Bondage queen Naomi Tani became one of Nikkatsu's biggest stars, centerpiece of the company's roman porno line of movies during the 1970s. Above are five promo posters from her films during that period. They are, top to bottom, Zankoku: kurobara lynch, aka Cruelty: Black Rose Torture, Kashin no irezumi: nureta tsubo, aka Tattooed Flower Vase, Monzetsu! Donden Gaeshi, aka Painful Bliss! Final Twist, Kurobara fujin, aka Lady Black Rose, and lastly unknown. On that final poster, we checked IMDB, JMDB and every source of Japanese cinema we know but got no hits. The first word in the title is Tani’s name, and while we found a few movies that incorporated her name—along the lines of 1977’s Tie! Naomi Tani—we did not find anything on the poster above. Ain’t that always the way? It’s actually the most interesting of the lot. Anyone with insight feel free to drop us a line. In the meantime you can check out more Tani here, here, and here, and elsewhere in the site if you’re inclined to look. 


Vintage Pulp Aug 12 2015
Maybe not today, maybe not tomorrow, but someday soon.

Above you see an alternate version of the promo poster for Sukeban guerira, aka Girl Boss Guerilla, Miki Sugimoto and Reiko Ike’s classic biker-girl revenge pinku flick. The previous versions, including a rare bo-ekibari style, are here. We also have a couple of rare promo images of Sugimoto and Ike below for your enjoyment, so you can appreciate them when they aren't trying to kill people. We have other promos that are even more rare, and we’ll see about sharing those later. Sukeban gerira premiered in Japan today in 1972. 


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History Rewind
The headlines that mattered yesteryear.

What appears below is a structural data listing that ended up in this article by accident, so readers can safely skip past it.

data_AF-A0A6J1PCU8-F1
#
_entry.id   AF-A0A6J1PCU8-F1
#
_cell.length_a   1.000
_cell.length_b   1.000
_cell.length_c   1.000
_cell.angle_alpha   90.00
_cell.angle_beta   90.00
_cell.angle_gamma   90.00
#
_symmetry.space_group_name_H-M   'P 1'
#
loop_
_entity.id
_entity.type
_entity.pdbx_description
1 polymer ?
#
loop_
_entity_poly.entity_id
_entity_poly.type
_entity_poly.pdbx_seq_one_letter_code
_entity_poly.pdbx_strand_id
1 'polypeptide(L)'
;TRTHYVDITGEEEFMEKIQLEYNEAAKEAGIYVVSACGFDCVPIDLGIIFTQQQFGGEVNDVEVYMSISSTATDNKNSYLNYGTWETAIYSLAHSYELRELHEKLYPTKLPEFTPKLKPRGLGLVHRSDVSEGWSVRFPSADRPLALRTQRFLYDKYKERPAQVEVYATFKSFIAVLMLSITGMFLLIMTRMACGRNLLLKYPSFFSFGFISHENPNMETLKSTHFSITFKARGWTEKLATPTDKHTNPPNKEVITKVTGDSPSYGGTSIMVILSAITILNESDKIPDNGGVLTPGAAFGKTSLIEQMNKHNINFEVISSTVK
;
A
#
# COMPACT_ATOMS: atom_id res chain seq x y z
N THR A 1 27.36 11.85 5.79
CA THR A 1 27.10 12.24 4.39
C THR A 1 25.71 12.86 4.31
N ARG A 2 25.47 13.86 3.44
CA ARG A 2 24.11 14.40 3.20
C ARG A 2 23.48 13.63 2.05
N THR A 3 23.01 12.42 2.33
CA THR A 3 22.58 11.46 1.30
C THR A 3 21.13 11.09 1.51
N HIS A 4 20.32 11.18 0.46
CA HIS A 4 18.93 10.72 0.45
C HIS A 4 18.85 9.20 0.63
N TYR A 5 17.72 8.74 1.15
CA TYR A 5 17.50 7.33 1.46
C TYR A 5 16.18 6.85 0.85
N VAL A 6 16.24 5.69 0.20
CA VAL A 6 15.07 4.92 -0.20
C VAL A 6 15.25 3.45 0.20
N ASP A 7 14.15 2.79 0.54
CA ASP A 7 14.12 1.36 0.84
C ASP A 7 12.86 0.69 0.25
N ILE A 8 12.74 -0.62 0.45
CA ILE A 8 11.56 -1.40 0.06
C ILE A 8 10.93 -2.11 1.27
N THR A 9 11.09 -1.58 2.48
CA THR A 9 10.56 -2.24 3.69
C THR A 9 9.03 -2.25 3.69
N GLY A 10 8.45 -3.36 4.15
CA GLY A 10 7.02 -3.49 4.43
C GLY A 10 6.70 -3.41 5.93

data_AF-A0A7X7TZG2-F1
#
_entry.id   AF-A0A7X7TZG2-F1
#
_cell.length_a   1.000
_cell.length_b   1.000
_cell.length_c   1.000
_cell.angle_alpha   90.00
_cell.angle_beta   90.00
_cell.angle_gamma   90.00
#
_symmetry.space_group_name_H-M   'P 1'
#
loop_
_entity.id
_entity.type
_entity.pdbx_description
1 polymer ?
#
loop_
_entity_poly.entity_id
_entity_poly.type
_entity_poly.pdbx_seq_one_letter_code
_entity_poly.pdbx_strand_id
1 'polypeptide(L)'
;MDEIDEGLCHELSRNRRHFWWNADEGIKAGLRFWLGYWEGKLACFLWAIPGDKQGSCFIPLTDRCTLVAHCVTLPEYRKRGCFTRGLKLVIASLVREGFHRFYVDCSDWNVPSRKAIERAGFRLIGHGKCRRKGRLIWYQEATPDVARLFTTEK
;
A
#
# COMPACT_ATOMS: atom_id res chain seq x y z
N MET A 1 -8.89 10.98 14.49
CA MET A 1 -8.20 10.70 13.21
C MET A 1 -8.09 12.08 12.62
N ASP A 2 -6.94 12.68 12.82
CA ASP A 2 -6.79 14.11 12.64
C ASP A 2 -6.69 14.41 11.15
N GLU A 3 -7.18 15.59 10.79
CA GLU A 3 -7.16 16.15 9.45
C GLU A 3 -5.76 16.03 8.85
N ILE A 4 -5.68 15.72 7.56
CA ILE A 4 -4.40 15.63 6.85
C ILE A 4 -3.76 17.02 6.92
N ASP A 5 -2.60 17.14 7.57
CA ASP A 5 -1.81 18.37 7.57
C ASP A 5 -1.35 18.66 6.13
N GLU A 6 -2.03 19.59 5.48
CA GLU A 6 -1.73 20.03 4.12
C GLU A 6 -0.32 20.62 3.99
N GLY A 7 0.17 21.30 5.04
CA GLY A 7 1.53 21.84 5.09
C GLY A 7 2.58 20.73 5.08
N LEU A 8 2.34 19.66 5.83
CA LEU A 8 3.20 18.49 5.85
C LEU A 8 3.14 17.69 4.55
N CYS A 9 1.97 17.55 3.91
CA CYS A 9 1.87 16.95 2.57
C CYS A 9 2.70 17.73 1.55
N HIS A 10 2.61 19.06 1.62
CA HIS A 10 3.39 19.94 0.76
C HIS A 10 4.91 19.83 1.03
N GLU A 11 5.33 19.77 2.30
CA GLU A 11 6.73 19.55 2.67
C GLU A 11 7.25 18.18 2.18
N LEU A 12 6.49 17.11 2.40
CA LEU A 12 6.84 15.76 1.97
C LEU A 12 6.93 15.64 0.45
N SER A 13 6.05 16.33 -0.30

October 04
1957—Sputnik Circles Earth
The Soviet Union launches the satellite Sputnik I, which becomes the first artificial object to orbit the Earth. It orbits for two months and provides valuable information about the density of the upper atmosphere. It also panics the United States into a space race that eventually culminates in the U.S. moon landing.
1970—Janis Joplin Overdoses
American blues singer Janis Joplin is found dead on the floor of her motel room in Los Angeles. The cause of death is determined to be an overdose of heroin, possibly combined with the effects of alcohol.
October 03
1908—Pravda Founded
The newspaper Pravda is founded by Leon Trotsky, Adolph Joffe, Matvey Skobelev and other Russian exiles living in Vienna. The name means "truth" and the paper serves as an official organ of the Central Committee of the Communist Party between 1912 and 1991.
1957—Ferlinghetti Wins Obscenity Case
An obscenity trial brought against Lawrence Ferlinghetti, owner of the counterculture City Lights Bookstore in San Francisco, reaches its conclusion when Judge Clayton Horn rules that Allen Ginsberg's poetry collection Howl is not obscene.
1995—Simpson Acquitted
After a long trial watched by millions of people worldwide, former football star O.J. Simpson is acquitted of the murders of ex-wife Nicole Brown Simpson and her friend Ronald Goldman. Simpson subsequently loses a civil suit and is ordered to pay millions in damages.
October 02
1919—Wilson Suffers Stroke
U.S. President Woodrow Wilson suffers a massive stroke, leaving him partially paralyzed. He is confined to bed for weeks, but eventually resumes his duties, though his participation is little more than perfunctory. Wilson remains disabled throughout the remainder of his term in office, and the rest of his life.
1968—Massacre in Mexico
Ten days before the opening of the 1968 Summer Olympics in Mexico City, a peaceful student demonstration ends in the Tlatelolco Massacre. 200 to 300 students are gunned down, and to this day there is no consensus about how or why the shooting began.